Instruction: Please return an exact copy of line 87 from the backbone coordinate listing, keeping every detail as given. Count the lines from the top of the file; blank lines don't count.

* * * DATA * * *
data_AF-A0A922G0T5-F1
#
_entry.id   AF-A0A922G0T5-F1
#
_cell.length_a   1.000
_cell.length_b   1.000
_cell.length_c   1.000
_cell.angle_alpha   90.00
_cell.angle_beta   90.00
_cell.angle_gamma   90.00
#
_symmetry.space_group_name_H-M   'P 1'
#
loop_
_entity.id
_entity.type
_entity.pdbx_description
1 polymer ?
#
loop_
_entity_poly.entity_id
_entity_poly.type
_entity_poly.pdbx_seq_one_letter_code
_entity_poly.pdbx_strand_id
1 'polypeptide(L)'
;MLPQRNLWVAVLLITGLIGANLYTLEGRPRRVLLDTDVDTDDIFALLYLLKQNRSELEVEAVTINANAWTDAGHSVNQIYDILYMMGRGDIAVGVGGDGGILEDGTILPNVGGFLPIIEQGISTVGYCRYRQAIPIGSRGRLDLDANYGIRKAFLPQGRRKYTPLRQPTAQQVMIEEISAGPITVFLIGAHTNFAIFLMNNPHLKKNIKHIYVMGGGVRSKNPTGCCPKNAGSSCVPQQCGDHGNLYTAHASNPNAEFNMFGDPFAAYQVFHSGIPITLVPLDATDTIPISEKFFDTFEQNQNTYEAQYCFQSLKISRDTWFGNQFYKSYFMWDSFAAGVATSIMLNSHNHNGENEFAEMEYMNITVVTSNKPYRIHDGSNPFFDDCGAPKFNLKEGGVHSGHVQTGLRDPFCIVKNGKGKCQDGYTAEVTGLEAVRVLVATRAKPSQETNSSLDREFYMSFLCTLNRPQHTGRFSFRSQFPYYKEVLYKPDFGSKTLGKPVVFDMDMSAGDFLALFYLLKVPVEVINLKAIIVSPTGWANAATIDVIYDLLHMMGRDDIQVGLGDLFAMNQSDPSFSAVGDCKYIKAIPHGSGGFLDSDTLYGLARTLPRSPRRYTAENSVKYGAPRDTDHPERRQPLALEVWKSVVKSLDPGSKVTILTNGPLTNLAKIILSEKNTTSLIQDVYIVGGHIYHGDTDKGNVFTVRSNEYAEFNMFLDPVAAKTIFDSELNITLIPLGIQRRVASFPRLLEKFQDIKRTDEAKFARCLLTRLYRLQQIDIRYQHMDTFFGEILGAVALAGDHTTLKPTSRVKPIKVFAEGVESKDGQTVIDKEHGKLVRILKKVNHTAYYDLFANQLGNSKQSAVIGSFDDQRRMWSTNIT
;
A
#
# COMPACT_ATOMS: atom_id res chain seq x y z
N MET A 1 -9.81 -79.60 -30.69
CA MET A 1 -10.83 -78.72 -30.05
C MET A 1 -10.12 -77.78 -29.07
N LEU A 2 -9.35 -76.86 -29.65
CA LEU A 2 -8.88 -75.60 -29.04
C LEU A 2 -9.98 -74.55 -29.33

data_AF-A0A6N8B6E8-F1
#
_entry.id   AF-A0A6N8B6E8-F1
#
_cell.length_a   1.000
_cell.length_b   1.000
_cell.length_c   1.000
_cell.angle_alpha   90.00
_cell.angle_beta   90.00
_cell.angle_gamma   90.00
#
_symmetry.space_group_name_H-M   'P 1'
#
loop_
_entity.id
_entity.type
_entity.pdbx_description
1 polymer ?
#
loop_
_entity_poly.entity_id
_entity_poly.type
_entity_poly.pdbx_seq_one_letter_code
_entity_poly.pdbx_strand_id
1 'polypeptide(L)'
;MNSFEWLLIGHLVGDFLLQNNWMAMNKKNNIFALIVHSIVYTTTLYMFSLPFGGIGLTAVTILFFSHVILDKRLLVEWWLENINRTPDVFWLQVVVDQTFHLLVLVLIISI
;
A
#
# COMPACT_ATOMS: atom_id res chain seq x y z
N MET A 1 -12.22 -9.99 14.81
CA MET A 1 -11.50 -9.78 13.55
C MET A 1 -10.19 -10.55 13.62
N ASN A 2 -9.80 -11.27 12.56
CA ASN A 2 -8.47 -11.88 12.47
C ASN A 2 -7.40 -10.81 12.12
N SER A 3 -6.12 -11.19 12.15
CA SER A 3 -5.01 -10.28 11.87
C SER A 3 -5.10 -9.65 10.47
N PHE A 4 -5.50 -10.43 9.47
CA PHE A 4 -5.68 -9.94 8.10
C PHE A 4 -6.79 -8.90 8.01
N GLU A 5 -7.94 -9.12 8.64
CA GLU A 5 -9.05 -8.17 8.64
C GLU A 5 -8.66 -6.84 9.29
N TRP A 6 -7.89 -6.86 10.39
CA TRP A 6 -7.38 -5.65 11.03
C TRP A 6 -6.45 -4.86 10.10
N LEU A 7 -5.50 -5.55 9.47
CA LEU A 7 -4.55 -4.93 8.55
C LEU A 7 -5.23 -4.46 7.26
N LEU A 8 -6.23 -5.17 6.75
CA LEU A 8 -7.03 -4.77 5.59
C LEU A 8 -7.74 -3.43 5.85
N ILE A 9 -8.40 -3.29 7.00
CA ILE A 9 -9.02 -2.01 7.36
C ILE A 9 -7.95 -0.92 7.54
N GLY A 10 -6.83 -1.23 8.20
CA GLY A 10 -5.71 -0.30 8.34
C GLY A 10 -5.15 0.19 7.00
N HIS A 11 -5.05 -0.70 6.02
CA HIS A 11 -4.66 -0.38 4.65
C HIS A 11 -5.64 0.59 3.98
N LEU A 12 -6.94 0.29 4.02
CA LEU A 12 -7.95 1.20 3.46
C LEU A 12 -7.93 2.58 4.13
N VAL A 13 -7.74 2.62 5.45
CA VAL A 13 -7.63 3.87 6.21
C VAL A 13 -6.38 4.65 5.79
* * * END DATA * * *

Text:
C LEU A 7 -5.23 -4.46 7.26